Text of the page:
Amid internal and external neglect, is the US still capable of leading the world?

By Huang Yuan Source:Global Times Published: 2017/8/24 21:23:39

Illustration: Liu Rui/GT



Recent media reports worldwide seem to have pictured the US as stymied by various problems. The Charlottesville unrest earlier this month resulted from rising racial conflicts triggered by a lackluster economic recovery after the financial crisis in the US. In the meantime, the administration of US President Donald Trump has been battered by severe understaffing, with major posts vacant. This, combined with strained US-Europe relations, has raised a question: In what sense does the US continue to lead the world?

In June, Trump's declaration that the US would withdraw from the Paris climate accord triggered strong ire in and out of the country. As the third milestone document to tackle climate change in human history, the agreement devised goals to control the Earth's temperature and greenhouse emission, and worked out an agenda for global climate governance beyond 2020.

Based on a consensus formed over decades of discussions, the Paris agreement has been extensively supported by the international community.

Yet Trump's decision to exit has corroborated Europe and other countries' view that the US is taking a localist path.

Given earlier US arguments with its European and Asian allies over defense fees, obviously the America First president is not willing to allow his country to take its due responsibilities. The task of building global governance based on common values is filled with uncertainties.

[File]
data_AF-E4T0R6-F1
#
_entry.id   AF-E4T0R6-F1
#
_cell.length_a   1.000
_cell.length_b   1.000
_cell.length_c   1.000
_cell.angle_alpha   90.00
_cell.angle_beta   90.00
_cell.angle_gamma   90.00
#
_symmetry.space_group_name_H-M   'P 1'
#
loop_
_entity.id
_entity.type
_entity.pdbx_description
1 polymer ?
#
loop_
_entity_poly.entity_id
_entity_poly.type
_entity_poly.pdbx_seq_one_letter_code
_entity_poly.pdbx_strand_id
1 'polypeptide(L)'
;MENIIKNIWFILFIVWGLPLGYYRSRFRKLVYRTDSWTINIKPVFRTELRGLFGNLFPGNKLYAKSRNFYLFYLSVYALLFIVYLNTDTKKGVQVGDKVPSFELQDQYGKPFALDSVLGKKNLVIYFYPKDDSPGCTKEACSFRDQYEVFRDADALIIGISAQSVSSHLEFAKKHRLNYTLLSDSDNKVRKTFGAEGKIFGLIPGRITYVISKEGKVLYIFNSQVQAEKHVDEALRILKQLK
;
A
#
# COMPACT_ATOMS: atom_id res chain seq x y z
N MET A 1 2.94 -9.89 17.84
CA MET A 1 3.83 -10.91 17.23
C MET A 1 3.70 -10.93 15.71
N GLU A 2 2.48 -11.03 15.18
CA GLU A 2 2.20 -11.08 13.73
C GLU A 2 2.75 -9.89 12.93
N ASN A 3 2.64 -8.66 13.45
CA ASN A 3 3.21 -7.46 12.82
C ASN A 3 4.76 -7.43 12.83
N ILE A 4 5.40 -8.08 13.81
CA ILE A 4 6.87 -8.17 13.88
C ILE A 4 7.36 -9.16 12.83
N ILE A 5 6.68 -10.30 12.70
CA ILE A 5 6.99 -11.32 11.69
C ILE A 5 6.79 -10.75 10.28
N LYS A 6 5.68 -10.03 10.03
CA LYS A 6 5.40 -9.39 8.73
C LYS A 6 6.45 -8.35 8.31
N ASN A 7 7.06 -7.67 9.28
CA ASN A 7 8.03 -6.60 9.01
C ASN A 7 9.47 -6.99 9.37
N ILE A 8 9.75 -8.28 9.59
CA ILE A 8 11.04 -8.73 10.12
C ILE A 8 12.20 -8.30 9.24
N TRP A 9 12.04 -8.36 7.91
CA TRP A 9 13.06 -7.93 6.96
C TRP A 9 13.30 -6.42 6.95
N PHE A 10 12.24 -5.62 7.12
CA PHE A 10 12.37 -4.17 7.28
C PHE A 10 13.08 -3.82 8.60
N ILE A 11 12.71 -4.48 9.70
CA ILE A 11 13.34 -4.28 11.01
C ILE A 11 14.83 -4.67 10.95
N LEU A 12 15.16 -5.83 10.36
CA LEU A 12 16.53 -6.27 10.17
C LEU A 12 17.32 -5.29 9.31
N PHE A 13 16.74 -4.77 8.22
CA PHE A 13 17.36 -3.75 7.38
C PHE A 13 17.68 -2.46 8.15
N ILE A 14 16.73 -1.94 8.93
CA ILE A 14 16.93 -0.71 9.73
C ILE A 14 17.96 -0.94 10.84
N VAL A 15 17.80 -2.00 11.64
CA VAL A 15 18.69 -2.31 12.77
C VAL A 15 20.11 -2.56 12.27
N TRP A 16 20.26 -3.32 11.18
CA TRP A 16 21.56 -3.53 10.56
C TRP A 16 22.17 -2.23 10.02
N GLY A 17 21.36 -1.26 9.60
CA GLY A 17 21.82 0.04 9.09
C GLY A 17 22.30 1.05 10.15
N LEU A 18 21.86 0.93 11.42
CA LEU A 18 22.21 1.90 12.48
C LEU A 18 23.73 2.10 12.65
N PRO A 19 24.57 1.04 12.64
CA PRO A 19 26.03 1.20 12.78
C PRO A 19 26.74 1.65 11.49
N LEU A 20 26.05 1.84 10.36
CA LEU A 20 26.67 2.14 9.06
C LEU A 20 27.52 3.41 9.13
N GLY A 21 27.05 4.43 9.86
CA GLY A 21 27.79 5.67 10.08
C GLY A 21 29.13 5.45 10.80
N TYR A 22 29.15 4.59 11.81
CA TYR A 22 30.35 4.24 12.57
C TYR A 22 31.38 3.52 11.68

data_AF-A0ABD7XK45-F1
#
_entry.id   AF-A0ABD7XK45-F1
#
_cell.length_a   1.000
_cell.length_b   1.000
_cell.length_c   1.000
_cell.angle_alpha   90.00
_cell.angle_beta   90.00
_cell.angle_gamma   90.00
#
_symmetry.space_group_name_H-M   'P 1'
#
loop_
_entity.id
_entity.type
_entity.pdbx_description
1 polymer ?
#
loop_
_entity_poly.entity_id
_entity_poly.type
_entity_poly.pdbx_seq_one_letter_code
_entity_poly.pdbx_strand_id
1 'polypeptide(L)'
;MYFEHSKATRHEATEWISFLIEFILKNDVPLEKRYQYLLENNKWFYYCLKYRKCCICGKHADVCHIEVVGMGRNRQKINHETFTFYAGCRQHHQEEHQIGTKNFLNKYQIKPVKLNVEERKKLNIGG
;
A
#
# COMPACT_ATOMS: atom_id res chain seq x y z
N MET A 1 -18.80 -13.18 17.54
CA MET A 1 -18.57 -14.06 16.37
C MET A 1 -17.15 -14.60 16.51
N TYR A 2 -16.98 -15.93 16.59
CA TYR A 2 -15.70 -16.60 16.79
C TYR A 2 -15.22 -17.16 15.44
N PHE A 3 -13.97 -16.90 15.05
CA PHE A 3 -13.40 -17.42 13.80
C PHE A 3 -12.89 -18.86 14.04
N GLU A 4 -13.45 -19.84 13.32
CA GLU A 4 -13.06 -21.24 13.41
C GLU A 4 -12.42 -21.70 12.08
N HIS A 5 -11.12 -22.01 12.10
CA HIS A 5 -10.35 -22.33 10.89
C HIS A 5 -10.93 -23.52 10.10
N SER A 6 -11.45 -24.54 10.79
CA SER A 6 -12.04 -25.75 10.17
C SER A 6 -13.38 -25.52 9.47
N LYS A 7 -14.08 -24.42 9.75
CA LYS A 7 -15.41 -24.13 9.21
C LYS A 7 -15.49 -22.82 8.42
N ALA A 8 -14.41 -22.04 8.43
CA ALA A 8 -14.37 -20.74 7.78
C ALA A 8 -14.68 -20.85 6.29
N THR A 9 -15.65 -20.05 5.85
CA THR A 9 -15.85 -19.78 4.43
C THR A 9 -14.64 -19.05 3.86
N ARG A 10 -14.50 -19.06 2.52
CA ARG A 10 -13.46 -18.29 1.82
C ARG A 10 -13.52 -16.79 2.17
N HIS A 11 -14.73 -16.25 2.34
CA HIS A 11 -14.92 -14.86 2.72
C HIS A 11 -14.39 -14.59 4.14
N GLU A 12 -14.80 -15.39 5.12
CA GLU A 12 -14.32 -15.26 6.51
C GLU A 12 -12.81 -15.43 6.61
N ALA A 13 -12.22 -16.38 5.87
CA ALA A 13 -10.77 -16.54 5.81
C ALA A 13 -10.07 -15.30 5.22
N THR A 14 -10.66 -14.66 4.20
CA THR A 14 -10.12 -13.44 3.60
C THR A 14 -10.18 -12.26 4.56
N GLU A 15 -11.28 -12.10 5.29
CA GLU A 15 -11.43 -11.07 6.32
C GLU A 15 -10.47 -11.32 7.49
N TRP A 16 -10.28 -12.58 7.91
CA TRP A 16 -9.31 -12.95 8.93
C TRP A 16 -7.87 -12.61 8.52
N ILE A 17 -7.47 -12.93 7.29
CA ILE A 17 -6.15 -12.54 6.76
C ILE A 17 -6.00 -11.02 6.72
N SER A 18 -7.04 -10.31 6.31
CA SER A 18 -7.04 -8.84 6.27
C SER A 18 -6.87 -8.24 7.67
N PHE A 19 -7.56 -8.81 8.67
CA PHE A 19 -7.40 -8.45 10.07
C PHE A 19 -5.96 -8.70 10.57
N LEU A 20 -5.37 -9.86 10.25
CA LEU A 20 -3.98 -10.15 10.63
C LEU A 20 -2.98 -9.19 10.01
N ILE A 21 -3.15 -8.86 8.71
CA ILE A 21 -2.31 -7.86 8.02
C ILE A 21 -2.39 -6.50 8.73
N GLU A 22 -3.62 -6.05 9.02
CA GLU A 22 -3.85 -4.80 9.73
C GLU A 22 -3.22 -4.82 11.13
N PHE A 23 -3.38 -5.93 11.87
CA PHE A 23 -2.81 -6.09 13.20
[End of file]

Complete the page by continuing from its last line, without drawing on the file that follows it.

Americans would still believe in US leadership if the Trump administration's embrace of localism could indeed make America great again. But the reality is the other way around.

After the protest of white supremacists, the Ku Klux Klan and neo-Nazis on August 12 set off riots in Charlottesville, anti-racism protesters rallied in several cities and right-wingers announced nine rallies.

A confederate statue was pulled down on August 14 in Durham County, North Carolina, and one day after, the Lincoln Memorial on the National Mall in Washington was found vandalized with a spray-painted expletive. The country is turning more divisive and its people are getting more extreme and antagonistic.

In the US, the government imbalances and rifts among different classes and political parties have heightened, so that the country is unable to focus its attention or resources on others' business. After WWII, the US rapidly enhanced its strength in a variety of areas, such as education, technology, global economic expansion and military strength.

The US used to be proactive and clear-cut in acquiring global strategic interests. Specifically, it first occupied a predominant position in North America and built NATO to dominate Europe and drag the Soviet Union down. Then earlier in this century, the US shifted its global strategic focus eastward and made a pivot to the Asia-Pacific to demonstrate the country's ubiquitous leadership.

However, today the US has shrunk its international responsibilities and duties, and is considering renegotiating the North America Free Trade Agreement. The rise of violent clashes and extremist groups within the US suggests that its domestic political polarization and internal strife has now come to a new level. These problems won't be solved overnight.

Hence, naturally whether the US is still capable of leading the world has come into question.

The author is a research fellow with the Center for China Studies, Central Compilation & Translation Bureau. opinion@globaltimes.com.cn Follow us on Twitter @GTopinion



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